Comment: George Osborne has no idea what these cuts will mean to people

Expect cuts to public services and further slashing of support for the vulnerable


Make no mistake, the Spending Review declared by the chancellor today will be about ideology, not an economically, socially and environmentally sustainable future.

From cuts to public services and further slashing of support for the vulnerable, it will be a further step towards the planned ‘small-state Britain’ – with only around 36 per cent of GDP being used for government spending by 2020, a figure lower than that in the US.

This is supposed to kick-start the private sector, yet investment is low, productivity and pay aren’t increasing, and the deficit is nowhere near forecasts. Small and medium-sized enterprises, the backbone of the economy, are struggling for survival in a political climate that favours the multinational giants.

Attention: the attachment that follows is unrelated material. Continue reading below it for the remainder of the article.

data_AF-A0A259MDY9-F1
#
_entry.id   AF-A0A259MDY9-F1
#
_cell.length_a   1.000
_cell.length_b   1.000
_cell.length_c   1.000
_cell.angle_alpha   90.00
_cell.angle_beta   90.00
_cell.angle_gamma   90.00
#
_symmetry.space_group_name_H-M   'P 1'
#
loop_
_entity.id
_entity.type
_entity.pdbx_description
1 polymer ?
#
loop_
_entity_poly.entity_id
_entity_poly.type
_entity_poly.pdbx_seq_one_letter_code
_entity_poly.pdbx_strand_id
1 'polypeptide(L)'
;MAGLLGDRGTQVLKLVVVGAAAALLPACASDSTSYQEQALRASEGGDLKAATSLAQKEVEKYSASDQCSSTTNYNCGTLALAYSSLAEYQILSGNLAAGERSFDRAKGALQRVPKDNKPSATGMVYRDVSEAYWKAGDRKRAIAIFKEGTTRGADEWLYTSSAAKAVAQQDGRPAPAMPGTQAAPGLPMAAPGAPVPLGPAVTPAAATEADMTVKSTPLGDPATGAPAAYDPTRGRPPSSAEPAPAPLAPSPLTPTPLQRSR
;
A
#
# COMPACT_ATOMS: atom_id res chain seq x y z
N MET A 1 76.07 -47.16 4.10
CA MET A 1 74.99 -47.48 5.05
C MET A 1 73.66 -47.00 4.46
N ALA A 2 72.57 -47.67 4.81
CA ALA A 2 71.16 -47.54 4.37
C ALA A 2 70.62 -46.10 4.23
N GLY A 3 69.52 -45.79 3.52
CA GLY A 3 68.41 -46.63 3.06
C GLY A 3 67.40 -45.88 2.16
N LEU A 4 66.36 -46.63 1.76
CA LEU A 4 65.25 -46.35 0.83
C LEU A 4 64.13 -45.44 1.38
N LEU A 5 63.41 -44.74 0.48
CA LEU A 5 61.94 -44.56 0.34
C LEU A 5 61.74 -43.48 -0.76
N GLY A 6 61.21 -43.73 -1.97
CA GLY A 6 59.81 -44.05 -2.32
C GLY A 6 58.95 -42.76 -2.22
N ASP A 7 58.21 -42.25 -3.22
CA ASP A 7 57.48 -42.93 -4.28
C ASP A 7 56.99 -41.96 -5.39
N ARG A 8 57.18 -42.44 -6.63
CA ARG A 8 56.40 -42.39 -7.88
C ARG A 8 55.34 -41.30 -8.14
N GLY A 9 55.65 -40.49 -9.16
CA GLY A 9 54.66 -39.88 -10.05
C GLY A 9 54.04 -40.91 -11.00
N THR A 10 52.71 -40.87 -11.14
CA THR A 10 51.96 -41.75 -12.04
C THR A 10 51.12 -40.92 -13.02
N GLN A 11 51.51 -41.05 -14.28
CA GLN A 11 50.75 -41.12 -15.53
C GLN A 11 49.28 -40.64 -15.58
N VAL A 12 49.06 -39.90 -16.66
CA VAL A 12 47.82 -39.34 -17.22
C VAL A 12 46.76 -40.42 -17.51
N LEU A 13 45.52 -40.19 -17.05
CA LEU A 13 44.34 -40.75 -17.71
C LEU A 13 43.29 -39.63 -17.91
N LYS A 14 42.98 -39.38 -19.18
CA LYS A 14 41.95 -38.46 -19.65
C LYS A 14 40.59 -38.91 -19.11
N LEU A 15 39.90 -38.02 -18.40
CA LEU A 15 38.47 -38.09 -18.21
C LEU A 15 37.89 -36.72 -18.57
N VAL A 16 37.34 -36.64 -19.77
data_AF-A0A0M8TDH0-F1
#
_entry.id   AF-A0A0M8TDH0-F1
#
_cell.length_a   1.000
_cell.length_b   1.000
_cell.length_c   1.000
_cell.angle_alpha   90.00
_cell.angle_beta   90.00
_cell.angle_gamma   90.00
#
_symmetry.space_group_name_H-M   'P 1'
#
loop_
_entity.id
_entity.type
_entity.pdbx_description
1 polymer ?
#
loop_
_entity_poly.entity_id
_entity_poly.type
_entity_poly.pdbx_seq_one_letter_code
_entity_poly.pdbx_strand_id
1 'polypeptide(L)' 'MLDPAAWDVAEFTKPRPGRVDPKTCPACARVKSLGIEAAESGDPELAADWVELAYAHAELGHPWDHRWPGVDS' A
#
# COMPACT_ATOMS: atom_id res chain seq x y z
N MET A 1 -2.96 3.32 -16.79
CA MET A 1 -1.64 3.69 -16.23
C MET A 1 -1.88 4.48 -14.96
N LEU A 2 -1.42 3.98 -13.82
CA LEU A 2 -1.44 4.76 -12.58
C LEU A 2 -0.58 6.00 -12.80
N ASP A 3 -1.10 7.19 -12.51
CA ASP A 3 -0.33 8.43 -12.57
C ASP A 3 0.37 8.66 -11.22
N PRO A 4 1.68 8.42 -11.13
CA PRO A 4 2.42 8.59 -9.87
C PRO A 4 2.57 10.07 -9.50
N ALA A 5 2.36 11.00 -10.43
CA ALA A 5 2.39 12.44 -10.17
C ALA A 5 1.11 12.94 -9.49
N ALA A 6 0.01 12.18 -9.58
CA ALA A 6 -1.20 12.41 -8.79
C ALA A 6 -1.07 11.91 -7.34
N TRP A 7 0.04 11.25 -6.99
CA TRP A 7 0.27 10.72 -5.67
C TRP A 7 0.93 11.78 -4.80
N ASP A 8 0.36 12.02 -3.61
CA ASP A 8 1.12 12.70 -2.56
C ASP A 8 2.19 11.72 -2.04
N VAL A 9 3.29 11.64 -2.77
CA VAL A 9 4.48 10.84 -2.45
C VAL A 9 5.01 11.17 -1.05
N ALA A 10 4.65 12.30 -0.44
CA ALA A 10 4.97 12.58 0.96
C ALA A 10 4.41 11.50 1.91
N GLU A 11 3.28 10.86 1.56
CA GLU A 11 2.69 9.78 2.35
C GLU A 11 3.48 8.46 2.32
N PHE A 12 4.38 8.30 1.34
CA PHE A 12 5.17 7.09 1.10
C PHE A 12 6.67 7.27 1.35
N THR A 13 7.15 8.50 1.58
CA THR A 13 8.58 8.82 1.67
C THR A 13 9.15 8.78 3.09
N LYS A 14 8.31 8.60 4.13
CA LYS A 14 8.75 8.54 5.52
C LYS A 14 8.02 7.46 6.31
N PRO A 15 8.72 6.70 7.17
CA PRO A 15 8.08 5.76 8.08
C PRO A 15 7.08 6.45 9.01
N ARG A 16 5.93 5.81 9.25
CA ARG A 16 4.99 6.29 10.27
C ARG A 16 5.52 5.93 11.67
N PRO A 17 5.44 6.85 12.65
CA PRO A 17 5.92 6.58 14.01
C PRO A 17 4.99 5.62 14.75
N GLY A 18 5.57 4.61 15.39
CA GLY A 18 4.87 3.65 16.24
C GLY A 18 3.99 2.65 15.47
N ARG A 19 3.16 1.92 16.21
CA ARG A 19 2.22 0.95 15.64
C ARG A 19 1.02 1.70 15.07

And the essential investment in renewable energy and warm, comfortable, affordable to heat homes isn’t happening. With winter settling again, the tragedy, the shame, of excess winter deaths, will again start.

This looks nothing like a sustainable economy that’s delivering for the common good.

There’s a good chance we’ll hear the Tory mantra that ‘we are all in it together’, especially when Osborne returns for a second attempt to make changes to working tax credits. If housing benefits are hit, homelessness will soar – and councils will be left trying to carry the weight with already impossible budgets.

We’ll hear the claim that employment is on the rise, however, a significant chunk of this represents insecure jobs such as zero-hours contracts. And many workers are struggling to keep food on the table and a roof over their head.